Some Lessons from the Japanese Bubble
AbstractIn the second part of the 80s, Japan was under political pressure to expand aggregate demand. It followed suit in increasing its money supply. This caused severe inflation and the financial bubble which collapsed in 1990 resulting in capital losses and in a sizable loss of GDP. This paper draws some lessons from the Japanese experience. The bottom line is that Japan became the victim of a misleading concept of global demand management.
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Bibliographic InfoPaper provided by Kiel Institute for the World Economy in its series Kiel Working Papers with number 919.
Length: 19 pages
Date of creation: Apr 1999
Date of revision:
Find related papers by JEL classification:
- E50 - Macroeconomics and Monetary Economics - - Monetary Policy, Central Banking, and the Supply of Money and Credit - - - General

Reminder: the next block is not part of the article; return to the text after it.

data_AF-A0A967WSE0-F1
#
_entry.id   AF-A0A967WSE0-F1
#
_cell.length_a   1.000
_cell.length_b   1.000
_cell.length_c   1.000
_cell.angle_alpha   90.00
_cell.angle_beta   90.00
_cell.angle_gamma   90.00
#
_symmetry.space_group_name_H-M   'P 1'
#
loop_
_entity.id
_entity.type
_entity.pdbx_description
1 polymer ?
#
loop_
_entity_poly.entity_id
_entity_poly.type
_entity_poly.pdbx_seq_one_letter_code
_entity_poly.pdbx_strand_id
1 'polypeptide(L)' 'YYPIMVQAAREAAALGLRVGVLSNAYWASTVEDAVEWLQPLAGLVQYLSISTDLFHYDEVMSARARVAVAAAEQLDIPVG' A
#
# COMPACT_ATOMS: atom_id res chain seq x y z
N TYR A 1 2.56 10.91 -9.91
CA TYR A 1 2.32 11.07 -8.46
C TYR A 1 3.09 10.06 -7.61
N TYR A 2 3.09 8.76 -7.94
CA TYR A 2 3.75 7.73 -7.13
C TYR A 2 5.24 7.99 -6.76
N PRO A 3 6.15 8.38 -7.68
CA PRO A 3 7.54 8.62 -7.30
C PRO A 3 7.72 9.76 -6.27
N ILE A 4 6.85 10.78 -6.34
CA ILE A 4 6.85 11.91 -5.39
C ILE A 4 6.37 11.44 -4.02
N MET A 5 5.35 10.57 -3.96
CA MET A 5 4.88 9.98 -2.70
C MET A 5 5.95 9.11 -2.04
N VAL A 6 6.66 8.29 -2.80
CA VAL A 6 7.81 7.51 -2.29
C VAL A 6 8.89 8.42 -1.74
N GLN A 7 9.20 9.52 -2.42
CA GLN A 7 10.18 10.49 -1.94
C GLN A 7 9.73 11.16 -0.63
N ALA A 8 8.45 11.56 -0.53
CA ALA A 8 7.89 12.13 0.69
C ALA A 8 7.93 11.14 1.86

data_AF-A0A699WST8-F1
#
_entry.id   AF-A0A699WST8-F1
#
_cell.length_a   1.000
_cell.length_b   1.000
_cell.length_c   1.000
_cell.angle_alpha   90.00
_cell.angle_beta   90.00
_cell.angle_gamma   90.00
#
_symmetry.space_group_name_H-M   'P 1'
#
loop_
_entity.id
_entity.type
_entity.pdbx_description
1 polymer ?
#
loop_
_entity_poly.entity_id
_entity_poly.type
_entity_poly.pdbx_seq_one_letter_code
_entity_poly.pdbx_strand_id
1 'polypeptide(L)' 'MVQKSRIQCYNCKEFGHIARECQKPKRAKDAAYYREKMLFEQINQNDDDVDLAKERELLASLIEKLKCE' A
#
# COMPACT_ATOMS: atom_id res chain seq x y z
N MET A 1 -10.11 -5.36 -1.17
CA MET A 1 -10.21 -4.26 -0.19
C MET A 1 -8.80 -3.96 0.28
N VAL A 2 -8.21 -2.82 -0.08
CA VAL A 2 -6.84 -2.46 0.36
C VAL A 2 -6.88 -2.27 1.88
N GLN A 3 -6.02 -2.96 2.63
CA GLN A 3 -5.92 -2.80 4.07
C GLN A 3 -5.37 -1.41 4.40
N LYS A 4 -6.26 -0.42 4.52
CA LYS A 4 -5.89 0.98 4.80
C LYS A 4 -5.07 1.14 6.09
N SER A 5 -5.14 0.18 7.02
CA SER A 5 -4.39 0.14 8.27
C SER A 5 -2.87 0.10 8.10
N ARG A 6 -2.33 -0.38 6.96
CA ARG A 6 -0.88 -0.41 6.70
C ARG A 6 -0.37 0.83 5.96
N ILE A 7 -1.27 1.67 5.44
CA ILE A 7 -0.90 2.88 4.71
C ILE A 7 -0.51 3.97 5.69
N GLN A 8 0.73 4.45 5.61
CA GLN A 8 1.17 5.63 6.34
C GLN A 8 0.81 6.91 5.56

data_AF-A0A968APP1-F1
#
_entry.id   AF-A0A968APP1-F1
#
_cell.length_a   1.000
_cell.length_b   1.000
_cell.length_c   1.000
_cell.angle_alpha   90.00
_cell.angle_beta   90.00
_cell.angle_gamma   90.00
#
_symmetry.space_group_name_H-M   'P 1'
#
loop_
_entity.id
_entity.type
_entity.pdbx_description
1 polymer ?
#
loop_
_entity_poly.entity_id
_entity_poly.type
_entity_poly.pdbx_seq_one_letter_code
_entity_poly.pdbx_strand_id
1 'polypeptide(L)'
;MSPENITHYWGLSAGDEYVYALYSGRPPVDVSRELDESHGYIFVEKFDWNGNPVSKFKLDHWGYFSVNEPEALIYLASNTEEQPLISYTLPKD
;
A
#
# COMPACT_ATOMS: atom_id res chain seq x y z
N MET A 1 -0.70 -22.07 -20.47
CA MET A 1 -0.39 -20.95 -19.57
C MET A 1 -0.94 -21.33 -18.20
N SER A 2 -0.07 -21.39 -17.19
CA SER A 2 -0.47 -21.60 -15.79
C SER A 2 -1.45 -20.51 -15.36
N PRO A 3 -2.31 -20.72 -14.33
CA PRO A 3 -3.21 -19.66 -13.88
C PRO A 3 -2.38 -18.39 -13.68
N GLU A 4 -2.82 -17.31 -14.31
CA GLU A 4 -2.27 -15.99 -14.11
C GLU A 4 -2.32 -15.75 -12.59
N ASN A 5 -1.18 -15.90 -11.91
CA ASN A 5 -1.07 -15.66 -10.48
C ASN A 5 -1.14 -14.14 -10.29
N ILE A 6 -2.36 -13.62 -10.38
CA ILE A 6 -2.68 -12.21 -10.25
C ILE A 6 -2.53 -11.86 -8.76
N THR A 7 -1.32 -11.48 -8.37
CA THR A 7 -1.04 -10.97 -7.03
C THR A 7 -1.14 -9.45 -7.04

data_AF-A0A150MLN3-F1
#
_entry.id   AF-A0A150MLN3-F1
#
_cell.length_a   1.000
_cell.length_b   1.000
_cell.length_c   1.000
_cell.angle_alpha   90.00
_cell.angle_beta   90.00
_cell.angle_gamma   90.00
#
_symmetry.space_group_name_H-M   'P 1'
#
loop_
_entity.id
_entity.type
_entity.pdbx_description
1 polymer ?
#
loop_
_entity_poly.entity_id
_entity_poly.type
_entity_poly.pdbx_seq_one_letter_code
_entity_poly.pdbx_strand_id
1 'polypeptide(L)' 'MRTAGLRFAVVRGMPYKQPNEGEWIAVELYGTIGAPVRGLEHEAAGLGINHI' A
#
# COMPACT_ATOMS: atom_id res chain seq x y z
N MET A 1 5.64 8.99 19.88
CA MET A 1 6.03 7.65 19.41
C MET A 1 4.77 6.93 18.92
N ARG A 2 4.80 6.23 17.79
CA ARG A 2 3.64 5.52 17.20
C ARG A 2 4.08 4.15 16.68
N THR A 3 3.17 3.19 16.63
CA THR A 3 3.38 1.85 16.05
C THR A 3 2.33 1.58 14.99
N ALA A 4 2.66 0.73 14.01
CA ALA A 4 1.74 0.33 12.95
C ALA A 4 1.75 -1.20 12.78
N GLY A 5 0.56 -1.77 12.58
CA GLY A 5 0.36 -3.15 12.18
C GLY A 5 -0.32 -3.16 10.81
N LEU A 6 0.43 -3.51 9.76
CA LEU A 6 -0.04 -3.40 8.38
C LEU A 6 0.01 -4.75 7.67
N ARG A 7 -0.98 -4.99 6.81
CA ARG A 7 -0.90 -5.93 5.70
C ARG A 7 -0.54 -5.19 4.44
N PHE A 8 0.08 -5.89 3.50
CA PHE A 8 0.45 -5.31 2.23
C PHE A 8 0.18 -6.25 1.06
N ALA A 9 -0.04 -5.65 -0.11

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- Allan H. Meltzer, 1995. "Monetary, Credit and (Other) Transmission Processes: A Monetarist Perspective," Journal of Economic Perspectives, American Economic Association, vol. 9(4), pages 49-72, Fall.
- C. Fred Bergsten, 1988. "America in the World Economy: A Strategy for the 1990s," Peterson Institute Press: All Books, Peterson Institute for International Economics, number 80.
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